In an effort to pander to the masses, Resident Evil 6 had superficial elements of a plethora of play styles, but lacked  polish or consistency in the game’s feel and atmosphere. 


    Stepping back and looking at the series as a whole, one would question why Capcom chose to pursue the action oriented route. Who was this mysterious target audience that they were trying to tap into? It is an audience that various Japanese studios have been desperately trying to appeal to in recent years: the Western gamers. 


    in an interview with Keiji Inafune, the father of the Megaman franchise at Capcom, Keiji actually noted how much Japanese game developers and publishers have been trying to appeal to western audiences. Evidently, it’s not just Resident Evil that suffers from this problem. A quick look at the abysmal Devil May Cry reboot by Ninja Theory is another prime example of the Japanese trying to cater to the western market and failing. Even Dead Space was eventually watered down and merely became something that resembled Call of Duty: In Space in order to appeal to the more action loving North American audience. 


    It is understandable that there is a need to appeal to a large market and audience for the sake of business, profits and sustainability. However, is it not clear that there are also plenty of games that do well by staying true to their Japanese roots? Just look at most Nintendo franchises. Mario, the Legend of Zelda, Pokemon, these games were all created for Japanese consumers, and yet they still do well in a Western market with their own merit. 


    It is heartening to see game developers trying their hardest to make the best game they can to win over as many people as possible, but sometimes, business simply blinds them to the fact that beneath whatever veneer of Western or Japanese elements present in games, gamers love a game for its true identity and its pride in maintaining that single identity.


6. Conclusion


    To summarise the history of the roller coaster ride that is the Resident Evil franchise, Resident Evil was born as a survival horror game to appeal to both Japanese and Western horror fans. After 4 instalments in the main series, sales were declining for the Resident Evil franchise due to stale and stagnant gameplay. In an effort to revitalise the franchise and increase revenue, the creator of the franchise, Shinji Mikami, decided to make Resident Evil 4 more action oriented to appeal to more people while still maintaining a feel of horror. With the success of Resident Evil 4, Capcom thus rode on the coattails of that success and moved further into action oriented gameplay with Resident Evil 5. Finally, to overcome the problem of alienating old school fans, Resident Evil 6 was conceived to be a game that encompassed survival horror elements and action elements  in 4 separate campaigns that made the final result appear like a Michael Bay movie.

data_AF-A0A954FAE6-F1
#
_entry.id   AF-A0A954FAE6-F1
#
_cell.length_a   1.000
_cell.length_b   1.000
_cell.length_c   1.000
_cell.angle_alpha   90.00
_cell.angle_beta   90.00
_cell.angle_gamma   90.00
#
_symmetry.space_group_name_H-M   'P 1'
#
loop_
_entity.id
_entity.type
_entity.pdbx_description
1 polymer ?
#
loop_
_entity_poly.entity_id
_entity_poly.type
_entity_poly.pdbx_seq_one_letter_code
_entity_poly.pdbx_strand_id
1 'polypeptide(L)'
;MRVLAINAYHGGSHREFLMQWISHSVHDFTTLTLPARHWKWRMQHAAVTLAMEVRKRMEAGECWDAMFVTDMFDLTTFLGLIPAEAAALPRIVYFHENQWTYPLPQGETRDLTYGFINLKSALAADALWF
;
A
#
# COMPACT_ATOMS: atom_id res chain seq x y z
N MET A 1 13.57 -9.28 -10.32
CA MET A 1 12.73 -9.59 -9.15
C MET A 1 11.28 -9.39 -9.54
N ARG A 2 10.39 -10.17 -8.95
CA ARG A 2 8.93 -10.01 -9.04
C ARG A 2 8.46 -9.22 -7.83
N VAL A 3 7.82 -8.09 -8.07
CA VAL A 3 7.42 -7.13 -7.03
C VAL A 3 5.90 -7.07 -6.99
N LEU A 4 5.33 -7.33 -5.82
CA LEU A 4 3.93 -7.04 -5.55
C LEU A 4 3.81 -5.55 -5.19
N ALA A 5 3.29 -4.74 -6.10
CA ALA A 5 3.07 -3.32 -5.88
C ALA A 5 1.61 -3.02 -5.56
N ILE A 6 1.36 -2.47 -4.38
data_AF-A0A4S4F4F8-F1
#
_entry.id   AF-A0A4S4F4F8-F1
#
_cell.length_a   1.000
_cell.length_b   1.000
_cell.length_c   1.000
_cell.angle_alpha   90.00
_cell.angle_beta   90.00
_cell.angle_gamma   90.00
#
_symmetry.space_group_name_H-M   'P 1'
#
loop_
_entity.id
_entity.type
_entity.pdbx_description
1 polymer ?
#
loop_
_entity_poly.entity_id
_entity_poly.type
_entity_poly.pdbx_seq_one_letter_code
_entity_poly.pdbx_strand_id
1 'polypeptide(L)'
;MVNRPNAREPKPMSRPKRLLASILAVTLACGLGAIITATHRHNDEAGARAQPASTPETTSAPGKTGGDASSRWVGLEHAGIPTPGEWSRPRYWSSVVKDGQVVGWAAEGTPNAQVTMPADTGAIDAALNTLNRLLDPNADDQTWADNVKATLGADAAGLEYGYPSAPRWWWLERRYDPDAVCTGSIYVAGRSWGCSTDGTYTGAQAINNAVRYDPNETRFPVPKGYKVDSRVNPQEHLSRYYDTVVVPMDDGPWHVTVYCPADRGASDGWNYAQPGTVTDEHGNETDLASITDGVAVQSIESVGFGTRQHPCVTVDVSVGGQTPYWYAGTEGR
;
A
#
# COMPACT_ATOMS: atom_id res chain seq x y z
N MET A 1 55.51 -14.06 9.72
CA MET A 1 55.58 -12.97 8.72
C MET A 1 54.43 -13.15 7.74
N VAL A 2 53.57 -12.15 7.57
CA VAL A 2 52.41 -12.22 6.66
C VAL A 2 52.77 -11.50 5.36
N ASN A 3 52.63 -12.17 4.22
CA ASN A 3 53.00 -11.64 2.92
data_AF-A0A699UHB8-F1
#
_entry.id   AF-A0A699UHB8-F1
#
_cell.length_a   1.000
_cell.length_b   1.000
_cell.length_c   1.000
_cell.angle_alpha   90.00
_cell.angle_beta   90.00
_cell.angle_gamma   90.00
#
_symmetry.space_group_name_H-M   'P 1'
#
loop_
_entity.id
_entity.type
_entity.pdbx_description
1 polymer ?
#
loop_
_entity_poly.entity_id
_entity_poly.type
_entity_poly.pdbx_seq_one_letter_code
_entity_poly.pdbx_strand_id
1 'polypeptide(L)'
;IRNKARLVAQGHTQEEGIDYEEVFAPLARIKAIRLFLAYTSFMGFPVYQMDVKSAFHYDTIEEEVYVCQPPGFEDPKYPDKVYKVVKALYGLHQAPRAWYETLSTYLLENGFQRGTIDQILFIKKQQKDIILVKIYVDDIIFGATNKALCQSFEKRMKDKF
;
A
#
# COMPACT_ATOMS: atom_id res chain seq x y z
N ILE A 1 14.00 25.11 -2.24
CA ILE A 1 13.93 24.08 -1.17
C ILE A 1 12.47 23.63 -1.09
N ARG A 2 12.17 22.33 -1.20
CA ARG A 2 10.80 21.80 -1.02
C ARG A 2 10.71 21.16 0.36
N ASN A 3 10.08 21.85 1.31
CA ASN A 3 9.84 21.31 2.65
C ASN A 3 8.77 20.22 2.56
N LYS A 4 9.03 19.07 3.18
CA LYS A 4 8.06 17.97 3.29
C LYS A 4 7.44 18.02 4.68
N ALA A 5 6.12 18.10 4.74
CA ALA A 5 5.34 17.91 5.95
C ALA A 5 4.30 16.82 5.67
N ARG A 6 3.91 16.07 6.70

So what exactly can be learned from the aftermath of Resident Evil 6? First, let’s look at the reasons why the previous titles were successful/  


    Resident Evils 1 through 3 were successful by their own merit as survival horror games. Resident Evil 4 and 5 also had clear identities of being action games. The games were built around mechanics that complemented the gameplay. An example in Resident Evil 1 was fixed cameras to provide a chilling atmosphere where you never knew what was around the next corner. Conversely, the free aim and melee mechanics in Resident Evil 4 allowed for a much richer action game experience.     


    By trying to blend all these elements together in hopes of “appeasing everybody”, Resident Evil 6’s gameplay feels inadequate for all the campaigns. It almost appeared like the designers had the dynamics of the game in mind and then tried to create mechanics that complemented the dynamics. However, due to the stark differences in the dynamics and aesthetics of each campaign, the mechanics did not feel coherent, relevant or polished. Two genres must be blended together with the idea that each genre offers elements that would complement and improve the experience of the other, not just haphazardly mashing two genres together just because “people like them”.


     Trying to appeal too heavily to the masses,  and using an assortment of popular but conflicting game elements made Resident Evil 6 lose its identity as any single genre of game and resulted in it being reduced to an amorphous blob of game archetypes. Most ironic of all, the monster that would cause declining sales was a bogeyman that Capcom created themselves. They were literally trying to survive from a horror that they concocted. 


    I thus have to conclude that the attempt to appease everybody was truly cancerous to Resident Evil 6. However, in a bigger picture, all game companies should have the revelation that pandering can only mean destruction to game innovation and success. Taking SquareEnix as an example, the recent success of Bravely Default proved that it was still possible to turn profits by remaining faithful to its identity as a JRPG and made SquareEnix reconsider its strategy of appealing to the masses. Even Capcom announced that they were going to return to the roots of Resident Evil  with the next instalment of the main series . With these signs that the game industry will rethink their notions of pandering to the masses, we just might avoid sad, misunderstood monstrosities like Resident Evil 6 in future.